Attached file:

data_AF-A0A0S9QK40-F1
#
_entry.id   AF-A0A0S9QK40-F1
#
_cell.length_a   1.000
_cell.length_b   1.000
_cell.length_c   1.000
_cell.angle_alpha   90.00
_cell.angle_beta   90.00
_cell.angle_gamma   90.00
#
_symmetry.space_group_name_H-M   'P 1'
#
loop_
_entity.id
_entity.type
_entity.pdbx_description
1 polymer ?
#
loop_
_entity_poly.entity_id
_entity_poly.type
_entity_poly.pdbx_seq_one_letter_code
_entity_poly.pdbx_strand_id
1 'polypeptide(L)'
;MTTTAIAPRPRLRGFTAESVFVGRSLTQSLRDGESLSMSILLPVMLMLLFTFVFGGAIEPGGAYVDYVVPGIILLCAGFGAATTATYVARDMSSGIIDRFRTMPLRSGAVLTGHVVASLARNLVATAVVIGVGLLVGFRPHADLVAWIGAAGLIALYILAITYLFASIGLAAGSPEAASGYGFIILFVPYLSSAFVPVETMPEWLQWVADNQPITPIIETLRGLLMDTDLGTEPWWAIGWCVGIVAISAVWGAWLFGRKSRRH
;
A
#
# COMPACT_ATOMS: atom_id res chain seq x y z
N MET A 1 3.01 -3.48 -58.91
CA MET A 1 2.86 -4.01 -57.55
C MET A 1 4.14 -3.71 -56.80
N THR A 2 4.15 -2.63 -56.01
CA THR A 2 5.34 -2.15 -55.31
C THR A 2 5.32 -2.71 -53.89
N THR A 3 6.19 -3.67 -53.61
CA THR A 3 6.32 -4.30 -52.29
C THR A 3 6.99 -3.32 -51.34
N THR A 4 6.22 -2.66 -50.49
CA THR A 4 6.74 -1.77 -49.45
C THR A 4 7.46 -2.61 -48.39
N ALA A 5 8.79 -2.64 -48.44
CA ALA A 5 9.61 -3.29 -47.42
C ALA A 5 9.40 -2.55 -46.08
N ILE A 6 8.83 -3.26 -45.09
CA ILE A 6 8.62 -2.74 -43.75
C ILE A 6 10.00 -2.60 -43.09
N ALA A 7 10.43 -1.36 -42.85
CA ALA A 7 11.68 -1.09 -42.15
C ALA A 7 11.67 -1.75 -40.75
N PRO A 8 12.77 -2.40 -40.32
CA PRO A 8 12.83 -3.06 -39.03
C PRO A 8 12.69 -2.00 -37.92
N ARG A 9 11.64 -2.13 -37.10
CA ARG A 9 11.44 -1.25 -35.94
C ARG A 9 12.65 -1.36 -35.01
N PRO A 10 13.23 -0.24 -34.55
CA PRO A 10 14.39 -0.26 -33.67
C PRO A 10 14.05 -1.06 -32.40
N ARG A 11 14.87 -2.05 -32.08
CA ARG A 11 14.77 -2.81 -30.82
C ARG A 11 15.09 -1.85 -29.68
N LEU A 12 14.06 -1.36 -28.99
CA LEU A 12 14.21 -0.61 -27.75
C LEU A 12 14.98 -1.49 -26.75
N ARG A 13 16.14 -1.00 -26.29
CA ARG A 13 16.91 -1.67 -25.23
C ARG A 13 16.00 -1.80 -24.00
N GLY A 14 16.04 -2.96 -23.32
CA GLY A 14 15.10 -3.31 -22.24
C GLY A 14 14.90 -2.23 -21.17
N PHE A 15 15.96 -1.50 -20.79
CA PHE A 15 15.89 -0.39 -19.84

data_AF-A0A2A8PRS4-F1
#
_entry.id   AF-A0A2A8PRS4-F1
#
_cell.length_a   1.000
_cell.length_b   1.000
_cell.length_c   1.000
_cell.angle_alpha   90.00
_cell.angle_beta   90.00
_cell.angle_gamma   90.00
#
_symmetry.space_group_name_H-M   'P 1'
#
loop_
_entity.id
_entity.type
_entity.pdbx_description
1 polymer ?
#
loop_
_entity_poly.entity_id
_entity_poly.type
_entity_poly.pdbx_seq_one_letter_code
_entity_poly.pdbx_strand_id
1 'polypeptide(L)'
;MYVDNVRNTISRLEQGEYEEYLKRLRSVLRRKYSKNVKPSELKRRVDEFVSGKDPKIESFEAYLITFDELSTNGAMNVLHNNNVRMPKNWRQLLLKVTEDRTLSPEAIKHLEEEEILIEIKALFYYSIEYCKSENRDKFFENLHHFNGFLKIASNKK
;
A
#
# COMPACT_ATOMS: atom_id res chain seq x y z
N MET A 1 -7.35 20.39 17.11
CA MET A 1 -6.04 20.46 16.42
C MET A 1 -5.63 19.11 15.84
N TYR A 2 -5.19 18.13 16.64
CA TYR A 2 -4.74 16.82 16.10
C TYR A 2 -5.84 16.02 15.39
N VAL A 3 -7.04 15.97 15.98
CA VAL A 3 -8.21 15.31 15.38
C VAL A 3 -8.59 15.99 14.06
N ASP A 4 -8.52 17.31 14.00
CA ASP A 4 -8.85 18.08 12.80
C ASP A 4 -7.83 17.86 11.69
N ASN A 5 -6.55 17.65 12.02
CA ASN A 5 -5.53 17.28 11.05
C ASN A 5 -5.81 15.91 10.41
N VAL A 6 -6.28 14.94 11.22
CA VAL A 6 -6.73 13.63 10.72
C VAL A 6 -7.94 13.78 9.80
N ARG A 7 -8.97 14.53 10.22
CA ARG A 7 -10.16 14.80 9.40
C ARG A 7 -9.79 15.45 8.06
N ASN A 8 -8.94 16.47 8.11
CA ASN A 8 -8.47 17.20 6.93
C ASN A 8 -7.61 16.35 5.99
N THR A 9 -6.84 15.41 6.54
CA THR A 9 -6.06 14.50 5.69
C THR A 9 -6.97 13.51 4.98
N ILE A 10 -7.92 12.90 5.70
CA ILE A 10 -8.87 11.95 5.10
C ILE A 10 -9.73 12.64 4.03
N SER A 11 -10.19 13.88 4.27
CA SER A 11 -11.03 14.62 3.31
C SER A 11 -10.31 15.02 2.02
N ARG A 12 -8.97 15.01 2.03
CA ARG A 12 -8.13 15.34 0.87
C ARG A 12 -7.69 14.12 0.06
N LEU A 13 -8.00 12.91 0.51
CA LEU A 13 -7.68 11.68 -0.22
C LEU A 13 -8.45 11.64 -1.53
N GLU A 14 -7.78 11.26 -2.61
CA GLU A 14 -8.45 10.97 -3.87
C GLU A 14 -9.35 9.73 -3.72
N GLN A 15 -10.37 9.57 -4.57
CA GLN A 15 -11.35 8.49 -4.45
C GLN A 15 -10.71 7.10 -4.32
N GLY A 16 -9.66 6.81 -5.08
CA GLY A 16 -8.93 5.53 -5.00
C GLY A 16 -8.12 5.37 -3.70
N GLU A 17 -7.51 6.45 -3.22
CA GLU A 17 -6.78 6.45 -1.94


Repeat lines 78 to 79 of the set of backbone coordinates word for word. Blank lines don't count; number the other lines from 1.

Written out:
#
_cell.length_a   1.000